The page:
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The Beggar Queen Kindle Edition
Now a queen, Bathilde must provide the king with heirs and continue the charitable and social work that has become her life, all the while fighting her detractors. By the end of her days, Bathilde had changed the face of medieval France forever.
How did a slave navigate the treacherous Merovingian courts and rise to rule an empire? And why have so few people heard of her?
Content Warning: rape, childbirth trauma
"A masterfully penned mosaic of historical fact and compelling fiction. Steeped in cultural, religious, and societal detail, this story will appeal to academic lovers of history, as well as those seeking a dramatic escape. The reading experience is immersive and nuanced, highlighting a fascinating period rarely explored in literature." Self-Publishing Review, ★★★★½
- ASIN : B09C3Y5298
- Publication date : August 6, 2021
- Language : English
- File size : 2424 KB
- Simultaneous device usage : Unlimited
- Text-to-Speech : Enabled
- Screen Reader : Supported
- Enhanced typesetting : Enabled
- X-Ray : Not Enabled
- Word Wise : Enabled
- Print length : 335 pages
- Lending : Enabled
- Best Sellers Rank: #373,524 in Kindle Store (See Top 100 in Kindle Store)
- Customer Reviews:
About the author
Top reviews from the United States
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There is PLENTY of bloodshed, torture, political intrigue, political matchmaking AND true love in the book, but there is also period-consistent religion and gender roles - I appreciate reading a historical story that isn't presented through a distorting modern lens. At the same time, I really appreciate the strong female characters; Elizabeth aside, so many historical female characters seem to get reduced to either the romancers or the romanced. While Bathilde rises to power by catching the eye of a king, she is never merely a love object, and once she gains autonomy she is a powerful personality with a clever and practical mind.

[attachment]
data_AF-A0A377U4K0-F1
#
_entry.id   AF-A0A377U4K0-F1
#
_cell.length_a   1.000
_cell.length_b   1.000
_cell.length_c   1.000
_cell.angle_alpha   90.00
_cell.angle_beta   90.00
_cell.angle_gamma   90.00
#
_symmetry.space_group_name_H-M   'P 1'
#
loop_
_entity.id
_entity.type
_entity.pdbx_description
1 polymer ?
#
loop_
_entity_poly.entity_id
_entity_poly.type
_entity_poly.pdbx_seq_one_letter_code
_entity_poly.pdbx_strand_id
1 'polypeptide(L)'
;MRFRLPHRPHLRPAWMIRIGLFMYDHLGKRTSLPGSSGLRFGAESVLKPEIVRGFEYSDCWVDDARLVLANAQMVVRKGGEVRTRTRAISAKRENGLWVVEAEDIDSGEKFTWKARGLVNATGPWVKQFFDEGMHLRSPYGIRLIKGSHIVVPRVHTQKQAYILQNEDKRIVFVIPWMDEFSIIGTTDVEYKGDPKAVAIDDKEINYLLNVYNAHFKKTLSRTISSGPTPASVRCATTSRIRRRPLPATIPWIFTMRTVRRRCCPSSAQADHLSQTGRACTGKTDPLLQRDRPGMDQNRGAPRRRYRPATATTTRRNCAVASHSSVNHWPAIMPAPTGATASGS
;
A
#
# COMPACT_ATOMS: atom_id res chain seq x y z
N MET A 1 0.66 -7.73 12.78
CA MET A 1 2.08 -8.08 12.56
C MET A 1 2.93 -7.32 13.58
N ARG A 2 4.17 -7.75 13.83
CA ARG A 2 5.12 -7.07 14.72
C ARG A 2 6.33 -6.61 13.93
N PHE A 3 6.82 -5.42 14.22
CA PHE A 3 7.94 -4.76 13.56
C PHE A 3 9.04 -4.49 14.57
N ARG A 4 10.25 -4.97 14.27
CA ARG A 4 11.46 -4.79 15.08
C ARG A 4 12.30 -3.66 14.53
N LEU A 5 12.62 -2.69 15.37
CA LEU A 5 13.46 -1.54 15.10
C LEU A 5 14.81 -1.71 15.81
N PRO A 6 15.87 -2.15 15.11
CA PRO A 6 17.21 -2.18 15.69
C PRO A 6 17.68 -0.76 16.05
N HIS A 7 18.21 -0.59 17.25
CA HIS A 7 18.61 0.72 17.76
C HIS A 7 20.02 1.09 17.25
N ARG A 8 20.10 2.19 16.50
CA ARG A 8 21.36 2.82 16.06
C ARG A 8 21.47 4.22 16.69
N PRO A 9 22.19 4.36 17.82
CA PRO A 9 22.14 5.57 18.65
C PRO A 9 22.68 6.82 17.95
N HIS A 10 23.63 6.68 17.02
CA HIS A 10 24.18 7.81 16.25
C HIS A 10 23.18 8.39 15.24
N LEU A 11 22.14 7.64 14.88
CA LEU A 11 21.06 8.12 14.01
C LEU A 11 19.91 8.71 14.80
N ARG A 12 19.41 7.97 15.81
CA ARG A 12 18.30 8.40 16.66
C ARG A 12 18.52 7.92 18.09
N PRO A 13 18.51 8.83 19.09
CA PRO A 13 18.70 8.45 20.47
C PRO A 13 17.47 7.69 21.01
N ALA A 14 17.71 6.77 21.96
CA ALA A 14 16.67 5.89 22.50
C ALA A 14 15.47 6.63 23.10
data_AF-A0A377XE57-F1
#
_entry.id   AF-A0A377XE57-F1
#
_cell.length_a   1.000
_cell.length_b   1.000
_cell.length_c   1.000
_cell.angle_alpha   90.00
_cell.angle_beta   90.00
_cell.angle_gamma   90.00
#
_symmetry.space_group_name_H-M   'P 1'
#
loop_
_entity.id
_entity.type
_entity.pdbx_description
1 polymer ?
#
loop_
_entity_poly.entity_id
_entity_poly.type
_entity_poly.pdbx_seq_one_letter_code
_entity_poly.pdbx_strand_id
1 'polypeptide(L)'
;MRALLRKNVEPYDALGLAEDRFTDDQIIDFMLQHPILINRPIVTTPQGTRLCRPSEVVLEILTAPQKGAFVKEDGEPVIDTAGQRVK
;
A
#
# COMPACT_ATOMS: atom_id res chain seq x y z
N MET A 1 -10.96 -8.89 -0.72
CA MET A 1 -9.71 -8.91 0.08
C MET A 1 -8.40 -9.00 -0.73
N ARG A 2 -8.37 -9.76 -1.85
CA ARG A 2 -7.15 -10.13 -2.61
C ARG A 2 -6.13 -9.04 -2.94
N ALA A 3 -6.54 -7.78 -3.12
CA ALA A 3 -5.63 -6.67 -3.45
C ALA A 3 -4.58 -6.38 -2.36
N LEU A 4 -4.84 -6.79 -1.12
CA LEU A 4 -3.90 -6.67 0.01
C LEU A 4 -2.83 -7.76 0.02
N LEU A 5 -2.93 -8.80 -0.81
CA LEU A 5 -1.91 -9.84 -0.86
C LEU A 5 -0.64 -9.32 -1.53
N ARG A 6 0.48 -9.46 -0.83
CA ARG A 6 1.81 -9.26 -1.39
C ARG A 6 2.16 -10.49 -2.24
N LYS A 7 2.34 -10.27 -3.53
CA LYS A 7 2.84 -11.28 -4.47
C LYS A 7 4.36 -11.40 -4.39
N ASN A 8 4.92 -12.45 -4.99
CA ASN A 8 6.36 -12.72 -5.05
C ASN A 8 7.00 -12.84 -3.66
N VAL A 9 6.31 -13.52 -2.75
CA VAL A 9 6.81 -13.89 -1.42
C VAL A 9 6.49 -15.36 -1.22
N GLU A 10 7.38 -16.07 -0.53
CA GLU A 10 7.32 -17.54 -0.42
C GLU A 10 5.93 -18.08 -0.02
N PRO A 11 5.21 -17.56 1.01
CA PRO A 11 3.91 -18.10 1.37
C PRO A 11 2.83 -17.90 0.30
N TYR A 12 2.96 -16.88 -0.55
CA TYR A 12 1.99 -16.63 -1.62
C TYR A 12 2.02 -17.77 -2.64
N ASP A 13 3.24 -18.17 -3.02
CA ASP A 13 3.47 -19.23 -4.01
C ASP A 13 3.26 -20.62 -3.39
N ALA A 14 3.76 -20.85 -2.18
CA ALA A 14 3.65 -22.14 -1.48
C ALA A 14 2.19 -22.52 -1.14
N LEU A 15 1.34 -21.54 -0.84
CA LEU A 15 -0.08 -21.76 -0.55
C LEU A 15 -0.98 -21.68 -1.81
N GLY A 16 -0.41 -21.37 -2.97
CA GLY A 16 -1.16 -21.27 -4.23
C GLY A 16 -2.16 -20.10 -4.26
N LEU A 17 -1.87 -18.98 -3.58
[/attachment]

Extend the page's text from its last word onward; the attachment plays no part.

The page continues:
Imo, the book really takes off at about the halfway point; it feels as though all the characters have been manuevered into place on some vast gameboard, and the action escalates from there. Like a lot of real history, too, it's a 'happy' ending, which always serves as a reminder of just how hard and precarious life was back then.
I'm glad I read it. Bathilde is a woman who should be remembered.
“What have you heard today?” the queen asked, sighing. She'd been working late, and Joveta had brought her some food. They sat together as the queen ate.
“The usual, my lady. Nonsense, all of it.” She waved a hand in the air. “That your husband is not dead and rules in secret. Or that the nobles secretly run the kingdom.” Joveta grimaced, and her face took on the expression of someone who had tasted something unpleasant. “There are also distasteful rumours, your magnificence.” Knowing her mistress would tell her to go on, she continued. “Some say that your son is really not your son. That you were unable to deliver a breathing child, and that another was substituted, a live one for your dead one.”
A less resolute person may have buckled under the pressure. But Bathilde had a vision and pushed forward, although she eventually allowed herself to delegate authority to her children. She even allowed herself the luxury of retirement, though the struggles of her kingdom were far from over. But she could be satisfied that her great projects survived and all three of her sons were crowned king. This was an interesting story of an era we know very little about.
Top reviews from other countries
It opened up the early history of the times before France, as we know it today existed, giving life to the struggles between former kingdoms.
As now, the struggles between church and state battle each for submission through envy and greed. Kings murdered, powerful men grasping for more , colour this historical novel and bring the life lesser known Kings and their Queens and Saints of long ago to life.
Gripping to the end.